Ignoring your health

While you were in college, you were probably covered under a parent’s health insurance plan. You may think that going without health insurance for a while is no big deal. But, if something happens to you, you could be starting out your new adult life with thousands of dollars in medical bills. Perhaps, not able to start a career at all. Be sure to research all your post-college health insurance options. This will hold you over until you start a career with an employee-sponsored health insurance plan.

Screwing up the job search

You’ve graduated, you have a degree, you are confident in your ability to land a job. However, there are thousands of other college grads out there looking to do the same thing you are. So, if someone hooks you up with a lead, follow it. Thank the person who gave you the lead or referral and give them credit for helping you. While not every lead will be your ideal job, the connections and experience you gain pursuing the lead can be invaluable. A mistake that grads make is looking for the perfect job in the right career and ignoring all other possibilities.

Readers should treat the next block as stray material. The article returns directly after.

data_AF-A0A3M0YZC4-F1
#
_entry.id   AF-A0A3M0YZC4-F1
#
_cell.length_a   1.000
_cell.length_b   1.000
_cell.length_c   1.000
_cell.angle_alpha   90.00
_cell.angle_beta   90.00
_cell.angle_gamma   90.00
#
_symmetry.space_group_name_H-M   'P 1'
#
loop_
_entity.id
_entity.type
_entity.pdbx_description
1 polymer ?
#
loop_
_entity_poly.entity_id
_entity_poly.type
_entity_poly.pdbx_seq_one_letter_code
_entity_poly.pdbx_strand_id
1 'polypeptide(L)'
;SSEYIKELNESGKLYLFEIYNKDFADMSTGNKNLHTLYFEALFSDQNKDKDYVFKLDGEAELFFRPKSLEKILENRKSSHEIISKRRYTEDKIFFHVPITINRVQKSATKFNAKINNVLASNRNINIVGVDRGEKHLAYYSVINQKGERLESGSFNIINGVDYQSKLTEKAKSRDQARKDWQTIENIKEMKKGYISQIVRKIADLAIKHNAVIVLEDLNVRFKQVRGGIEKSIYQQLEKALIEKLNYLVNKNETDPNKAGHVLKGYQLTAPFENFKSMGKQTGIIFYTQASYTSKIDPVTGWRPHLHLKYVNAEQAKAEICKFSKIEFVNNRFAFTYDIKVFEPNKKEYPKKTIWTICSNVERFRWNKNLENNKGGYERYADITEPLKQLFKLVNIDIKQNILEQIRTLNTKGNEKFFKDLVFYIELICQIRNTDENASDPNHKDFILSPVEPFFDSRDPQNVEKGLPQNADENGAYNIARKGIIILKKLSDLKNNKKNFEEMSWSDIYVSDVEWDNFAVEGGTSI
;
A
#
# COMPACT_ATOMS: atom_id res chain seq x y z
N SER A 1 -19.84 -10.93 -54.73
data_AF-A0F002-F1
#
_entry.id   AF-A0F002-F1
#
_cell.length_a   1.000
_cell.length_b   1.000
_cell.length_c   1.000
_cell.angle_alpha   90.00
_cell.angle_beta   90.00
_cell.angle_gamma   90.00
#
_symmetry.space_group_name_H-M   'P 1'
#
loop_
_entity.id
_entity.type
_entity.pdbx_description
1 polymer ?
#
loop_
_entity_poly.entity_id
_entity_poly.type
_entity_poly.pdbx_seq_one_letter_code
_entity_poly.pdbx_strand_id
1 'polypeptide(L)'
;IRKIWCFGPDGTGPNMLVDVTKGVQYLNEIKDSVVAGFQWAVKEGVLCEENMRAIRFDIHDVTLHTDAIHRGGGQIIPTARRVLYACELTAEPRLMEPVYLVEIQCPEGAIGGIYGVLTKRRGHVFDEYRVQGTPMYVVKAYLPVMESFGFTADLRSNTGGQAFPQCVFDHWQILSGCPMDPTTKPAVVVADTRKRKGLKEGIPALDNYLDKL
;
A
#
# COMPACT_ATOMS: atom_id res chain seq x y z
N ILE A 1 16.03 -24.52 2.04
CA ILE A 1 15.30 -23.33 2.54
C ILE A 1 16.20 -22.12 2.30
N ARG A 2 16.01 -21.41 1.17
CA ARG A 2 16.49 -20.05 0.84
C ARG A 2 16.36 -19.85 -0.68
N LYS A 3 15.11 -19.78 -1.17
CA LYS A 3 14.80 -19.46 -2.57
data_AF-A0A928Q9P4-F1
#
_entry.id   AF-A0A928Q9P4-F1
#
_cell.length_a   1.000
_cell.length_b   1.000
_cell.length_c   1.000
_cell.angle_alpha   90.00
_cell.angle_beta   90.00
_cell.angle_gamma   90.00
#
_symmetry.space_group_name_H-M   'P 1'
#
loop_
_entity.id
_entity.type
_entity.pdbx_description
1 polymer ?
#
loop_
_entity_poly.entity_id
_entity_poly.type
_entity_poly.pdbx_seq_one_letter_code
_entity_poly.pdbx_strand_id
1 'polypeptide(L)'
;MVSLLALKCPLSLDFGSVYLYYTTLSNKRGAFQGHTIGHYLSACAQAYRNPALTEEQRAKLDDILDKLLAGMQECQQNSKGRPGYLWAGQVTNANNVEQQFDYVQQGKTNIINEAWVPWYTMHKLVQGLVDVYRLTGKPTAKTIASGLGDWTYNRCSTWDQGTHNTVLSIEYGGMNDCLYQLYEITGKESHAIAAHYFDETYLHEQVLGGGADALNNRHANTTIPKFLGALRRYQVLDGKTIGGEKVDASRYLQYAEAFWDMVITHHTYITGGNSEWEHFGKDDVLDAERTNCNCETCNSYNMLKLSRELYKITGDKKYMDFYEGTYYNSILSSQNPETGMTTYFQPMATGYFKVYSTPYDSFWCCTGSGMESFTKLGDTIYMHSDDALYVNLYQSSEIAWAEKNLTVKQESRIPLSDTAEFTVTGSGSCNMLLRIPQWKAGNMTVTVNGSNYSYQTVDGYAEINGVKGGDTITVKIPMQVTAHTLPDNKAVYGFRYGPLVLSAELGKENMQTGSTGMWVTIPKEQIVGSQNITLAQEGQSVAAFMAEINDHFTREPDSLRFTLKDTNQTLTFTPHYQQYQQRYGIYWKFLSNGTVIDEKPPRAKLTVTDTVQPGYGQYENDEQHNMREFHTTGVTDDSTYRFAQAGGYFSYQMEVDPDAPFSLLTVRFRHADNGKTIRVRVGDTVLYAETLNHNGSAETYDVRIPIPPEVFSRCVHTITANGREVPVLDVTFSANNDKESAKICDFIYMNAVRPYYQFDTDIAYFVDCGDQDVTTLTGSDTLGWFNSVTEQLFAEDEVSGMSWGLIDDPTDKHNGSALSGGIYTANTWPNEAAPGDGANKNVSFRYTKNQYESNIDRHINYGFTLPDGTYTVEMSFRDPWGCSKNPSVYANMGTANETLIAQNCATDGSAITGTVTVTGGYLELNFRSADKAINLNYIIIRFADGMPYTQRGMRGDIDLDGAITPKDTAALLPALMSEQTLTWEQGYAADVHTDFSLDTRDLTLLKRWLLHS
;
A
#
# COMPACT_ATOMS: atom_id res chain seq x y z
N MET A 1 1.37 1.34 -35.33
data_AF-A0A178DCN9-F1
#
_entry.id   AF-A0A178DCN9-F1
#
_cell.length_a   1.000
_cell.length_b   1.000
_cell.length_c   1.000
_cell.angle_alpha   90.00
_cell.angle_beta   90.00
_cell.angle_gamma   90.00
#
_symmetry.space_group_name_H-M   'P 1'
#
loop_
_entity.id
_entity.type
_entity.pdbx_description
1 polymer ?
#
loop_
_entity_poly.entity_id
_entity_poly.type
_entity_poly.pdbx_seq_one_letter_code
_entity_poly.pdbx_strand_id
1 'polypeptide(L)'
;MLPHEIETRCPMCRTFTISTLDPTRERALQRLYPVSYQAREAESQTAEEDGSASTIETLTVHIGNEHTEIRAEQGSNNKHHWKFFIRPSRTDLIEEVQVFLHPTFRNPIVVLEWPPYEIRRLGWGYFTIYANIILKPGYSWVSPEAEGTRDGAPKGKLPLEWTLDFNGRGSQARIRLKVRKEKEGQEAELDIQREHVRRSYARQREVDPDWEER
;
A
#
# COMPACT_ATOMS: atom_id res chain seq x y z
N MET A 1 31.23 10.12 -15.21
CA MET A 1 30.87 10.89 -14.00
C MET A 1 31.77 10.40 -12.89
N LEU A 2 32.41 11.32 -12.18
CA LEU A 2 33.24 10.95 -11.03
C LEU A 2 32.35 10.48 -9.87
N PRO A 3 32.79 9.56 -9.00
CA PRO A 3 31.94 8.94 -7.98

For those of you who are interested in my line of work — financial advising — see my recommendations for how to get your start.

Putting off savings

Retirement?   Why do you need to start thinking about that now?  The reason is that it’s much better to save when you’re younger.  It’s all about the power of compound interest and if you start early enough, the payoff could be huge later on in life.

But where to save?   Start with your 401k at work, especially if they match you – your employer will add free money on top of yours. Trust me.  It doesn’t get much sweeter than that.  If you want to save more or your job doesn’t offer a 401k, go with the Roth IRA.    The Roth IRA is a like a savings account on steroids that will yield you tax free money at retirement.

Jeff Rose is an Illinois Certified Financial Planner. He blogs at Good Financial Cents and Soldier of Finance.  He loves Crossfit workouts, writes about Roth IRA rules and craves In-N-Out burger. You can follow his updates on Twitter.